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When Hsiao-mei Ku was nine years old, she played for violinist and composer Ma Sicong (1912-87), an occasion that left an indelible mark. According to Ms. Ku, he is the reason she's a musician. She was initially denied entrance to Beijing's Central Conservatory because her family wasn't sufficiently revolutionary, but he wrote a letter on her behalf that opened the doors for her. Now, as a distinguished professor of the Duke Music faculty and member of the Ciompi Quartet, Hsiao-mei Ku and her collaborating partner Ning Lu (University of Utah) have recorded two CDs in recognition and memory of Ma Sicong. Both were recorded in Libby Gardner Concert Hall at the University of Utah School of Music; Volume 1 in 2006, and Volume 2 in 2007.
Ma Sicong, a violinist and prolific composer, was highly regarded by the music community in China. The Cultural Revolution, however, forced him to immigrate, and he became a political refugee in the United States in 1967.
He was schooled in Western music, and the recordings echo strains of 19th century romantic violin compositions. With titles like Rondo, Madrigal and Sonata, the listener will immediately "tune into" classical dance forms, tonal melodies and, rarely, dissonance — there is nothing ground-breaking here. But like the beloved British composer Ralph Vaughan Williams, Ma drew thematic material from a rich heritage of folk melodies of his native land. The exuberant "Dragon Lantern Dance" (1953) and beautiful Gaoshan Suite (1973), for example, reflect Ma's intent to create art music while preserving ancient melodies. His work contributed greatly to China's 20th century cultural landscape, one that was nearly obliterated during his own lifetime.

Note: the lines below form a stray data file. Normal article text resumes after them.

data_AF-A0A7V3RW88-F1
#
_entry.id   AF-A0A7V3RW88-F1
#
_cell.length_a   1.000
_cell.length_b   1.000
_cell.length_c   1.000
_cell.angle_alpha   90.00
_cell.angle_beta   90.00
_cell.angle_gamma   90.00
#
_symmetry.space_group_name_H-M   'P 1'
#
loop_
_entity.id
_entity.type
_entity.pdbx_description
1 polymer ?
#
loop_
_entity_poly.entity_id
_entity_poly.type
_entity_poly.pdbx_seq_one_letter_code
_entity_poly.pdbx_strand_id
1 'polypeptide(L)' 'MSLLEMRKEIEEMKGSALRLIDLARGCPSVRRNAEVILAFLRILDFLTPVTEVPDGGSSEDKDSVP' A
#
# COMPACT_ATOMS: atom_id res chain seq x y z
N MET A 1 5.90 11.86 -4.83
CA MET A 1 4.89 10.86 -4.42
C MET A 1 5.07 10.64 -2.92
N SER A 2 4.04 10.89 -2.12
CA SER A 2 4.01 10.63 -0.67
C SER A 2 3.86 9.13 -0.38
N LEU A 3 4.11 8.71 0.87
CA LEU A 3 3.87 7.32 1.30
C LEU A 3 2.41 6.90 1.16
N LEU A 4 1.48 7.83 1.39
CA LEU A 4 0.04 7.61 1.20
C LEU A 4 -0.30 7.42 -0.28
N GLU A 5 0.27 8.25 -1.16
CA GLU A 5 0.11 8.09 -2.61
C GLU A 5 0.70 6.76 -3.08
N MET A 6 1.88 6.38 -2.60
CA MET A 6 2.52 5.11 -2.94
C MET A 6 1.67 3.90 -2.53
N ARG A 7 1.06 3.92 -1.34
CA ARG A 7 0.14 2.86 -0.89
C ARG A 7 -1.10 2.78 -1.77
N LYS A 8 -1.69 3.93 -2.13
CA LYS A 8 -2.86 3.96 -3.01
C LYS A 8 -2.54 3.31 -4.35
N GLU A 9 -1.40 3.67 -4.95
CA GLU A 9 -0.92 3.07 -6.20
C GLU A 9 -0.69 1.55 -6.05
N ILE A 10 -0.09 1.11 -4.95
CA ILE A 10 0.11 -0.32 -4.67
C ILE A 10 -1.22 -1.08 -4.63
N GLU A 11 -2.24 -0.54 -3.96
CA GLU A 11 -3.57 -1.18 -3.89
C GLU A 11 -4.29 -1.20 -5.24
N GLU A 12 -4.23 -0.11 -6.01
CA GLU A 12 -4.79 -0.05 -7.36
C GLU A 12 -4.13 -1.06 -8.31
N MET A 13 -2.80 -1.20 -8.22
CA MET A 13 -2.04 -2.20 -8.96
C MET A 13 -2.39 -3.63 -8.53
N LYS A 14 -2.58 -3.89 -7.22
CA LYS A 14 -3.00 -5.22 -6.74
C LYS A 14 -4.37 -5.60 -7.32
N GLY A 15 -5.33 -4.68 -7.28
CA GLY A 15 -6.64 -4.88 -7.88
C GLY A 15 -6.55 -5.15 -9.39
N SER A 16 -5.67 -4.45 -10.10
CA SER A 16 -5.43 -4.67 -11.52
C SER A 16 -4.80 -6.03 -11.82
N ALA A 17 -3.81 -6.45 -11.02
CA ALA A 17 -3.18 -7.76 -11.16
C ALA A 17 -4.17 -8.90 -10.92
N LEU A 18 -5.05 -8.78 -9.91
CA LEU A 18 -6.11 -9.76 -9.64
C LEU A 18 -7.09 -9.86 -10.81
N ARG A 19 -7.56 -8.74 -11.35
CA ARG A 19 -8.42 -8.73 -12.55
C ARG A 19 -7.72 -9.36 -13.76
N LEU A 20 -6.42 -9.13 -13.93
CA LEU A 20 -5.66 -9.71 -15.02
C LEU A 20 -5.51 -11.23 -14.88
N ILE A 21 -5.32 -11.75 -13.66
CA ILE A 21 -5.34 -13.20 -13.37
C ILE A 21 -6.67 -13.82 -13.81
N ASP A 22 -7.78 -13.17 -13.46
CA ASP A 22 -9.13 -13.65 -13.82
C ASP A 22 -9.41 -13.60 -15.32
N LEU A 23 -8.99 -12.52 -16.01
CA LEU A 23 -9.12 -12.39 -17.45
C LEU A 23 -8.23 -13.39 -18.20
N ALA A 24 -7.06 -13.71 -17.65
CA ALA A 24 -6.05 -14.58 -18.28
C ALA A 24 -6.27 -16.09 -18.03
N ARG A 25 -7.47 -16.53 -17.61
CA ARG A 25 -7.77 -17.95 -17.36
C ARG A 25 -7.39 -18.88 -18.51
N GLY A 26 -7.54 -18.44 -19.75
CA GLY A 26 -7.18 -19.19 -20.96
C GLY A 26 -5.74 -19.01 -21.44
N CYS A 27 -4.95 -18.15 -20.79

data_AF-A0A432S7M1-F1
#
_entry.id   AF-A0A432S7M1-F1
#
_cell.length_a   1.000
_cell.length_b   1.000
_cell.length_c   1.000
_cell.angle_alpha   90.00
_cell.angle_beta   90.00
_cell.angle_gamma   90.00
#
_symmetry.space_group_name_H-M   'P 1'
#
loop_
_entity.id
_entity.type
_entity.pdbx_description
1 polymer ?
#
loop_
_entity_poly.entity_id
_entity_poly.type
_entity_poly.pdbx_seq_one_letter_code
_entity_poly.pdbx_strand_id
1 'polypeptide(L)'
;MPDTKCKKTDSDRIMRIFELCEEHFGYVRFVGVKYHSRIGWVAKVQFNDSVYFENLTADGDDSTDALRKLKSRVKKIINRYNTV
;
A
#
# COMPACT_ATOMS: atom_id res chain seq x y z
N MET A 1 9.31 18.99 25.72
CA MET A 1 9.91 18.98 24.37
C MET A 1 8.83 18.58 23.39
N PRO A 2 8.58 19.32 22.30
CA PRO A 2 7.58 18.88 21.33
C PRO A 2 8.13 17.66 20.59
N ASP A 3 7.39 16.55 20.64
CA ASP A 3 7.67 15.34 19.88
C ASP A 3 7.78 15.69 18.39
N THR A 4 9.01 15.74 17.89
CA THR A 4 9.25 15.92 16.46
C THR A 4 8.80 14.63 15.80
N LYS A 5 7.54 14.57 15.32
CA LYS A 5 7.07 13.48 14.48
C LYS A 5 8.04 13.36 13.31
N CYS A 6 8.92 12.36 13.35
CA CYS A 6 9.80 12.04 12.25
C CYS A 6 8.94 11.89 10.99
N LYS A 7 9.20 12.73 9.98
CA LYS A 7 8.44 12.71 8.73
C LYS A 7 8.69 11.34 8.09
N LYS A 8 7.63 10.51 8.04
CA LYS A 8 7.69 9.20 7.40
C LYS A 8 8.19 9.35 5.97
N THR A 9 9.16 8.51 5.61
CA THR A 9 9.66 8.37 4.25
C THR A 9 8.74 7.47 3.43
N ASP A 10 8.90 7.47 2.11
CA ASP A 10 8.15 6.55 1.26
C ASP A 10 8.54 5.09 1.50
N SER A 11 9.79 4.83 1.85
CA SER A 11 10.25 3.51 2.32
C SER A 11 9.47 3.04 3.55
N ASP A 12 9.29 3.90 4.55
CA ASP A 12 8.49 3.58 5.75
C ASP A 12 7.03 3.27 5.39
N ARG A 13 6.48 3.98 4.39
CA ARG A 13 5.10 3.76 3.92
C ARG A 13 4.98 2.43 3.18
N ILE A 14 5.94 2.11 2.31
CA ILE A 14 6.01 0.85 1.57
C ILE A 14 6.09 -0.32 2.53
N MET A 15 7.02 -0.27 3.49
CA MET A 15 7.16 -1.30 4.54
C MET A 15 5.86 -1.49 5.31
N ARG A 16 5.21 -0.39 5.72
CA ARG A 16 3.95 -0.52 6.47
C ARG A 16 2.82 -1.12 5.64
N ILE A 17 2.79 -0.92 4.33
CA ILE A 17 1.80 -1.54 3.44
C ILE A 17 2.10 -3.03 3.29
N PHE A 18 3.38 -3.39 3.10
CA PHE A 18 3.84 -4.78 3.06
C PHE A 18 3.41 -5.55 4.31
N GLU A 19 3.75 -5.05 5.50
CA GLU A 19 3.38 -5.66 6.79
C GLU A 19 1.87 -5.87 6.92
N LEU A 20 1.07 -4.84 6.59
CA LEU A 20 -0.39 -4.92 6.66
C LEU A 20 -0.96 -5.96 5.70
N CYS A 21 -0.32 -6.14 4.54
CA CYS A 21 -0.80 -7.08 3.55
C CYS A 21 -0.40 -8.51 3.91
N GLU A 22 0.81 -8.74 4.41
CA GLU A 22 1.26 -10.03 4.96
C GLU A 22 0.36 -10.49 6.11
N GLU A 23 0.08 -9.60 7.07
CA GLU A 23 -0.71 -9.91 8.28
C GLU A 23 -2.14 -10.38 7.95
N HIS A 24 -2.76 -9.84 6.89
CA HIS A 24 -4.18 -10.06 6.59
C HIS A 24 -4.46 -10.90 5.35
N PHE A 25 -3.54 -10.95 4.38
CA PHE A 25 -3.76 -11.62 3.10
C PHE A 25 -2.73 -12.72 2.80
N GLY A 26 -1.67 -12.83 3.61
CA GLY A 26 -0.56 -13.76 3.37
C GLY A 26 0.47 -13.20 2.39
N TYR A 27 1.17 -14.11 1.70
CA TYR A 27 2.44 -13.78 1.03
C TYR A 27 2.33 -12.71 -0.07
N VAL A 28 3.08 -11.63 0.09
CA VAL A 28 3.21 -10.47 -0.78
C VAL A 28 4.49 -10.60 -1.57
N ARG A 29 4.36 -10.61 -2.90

The commitment of Hsiao-mei Ku and Ning Lu to this music is evident in their performances. Beside Ms. Ku's flawless violin technique, she incorporates what she describes as an "erhu-style," lending an element of authenticity. Slides into notes and voice-like bowing remind me of the baroque messa di voce ("Lamersary" from Tone Poem of Tibet, 1941), and execution of ornamentation, like the chirping of a bird ("Mountain Song," 1953), yield images of cinematic color. With elegant, silky bow changes and ribbons of nuanced sound, she renders sweetness to slow pieces ("Melody" amd "Ballade," 1952). Ning Lu, often providing simple accompaniment, skillfully highlights watery and percussive effects, as if Ma imagined the sound of the traditional zither-like instrument, the Guzeng ("Dance of Autumn Harvest," 1944)
The heart and energy conveyed by the players, artistic cover photographs, and instructive notes by Keith Anderson and Su Xia (translated by Ding Shaoyan) make for an album set worthy of chamber music lovers and students of Asian American studies. Finally, the romantic will discover a narrative thread woven through the pieces that Hsiao-mei Ku and Ning Lu skillfully stitched together — a musical journey fraught with unseen challenges.
The recordings were made possible by grants from Duke University and the University of Utah.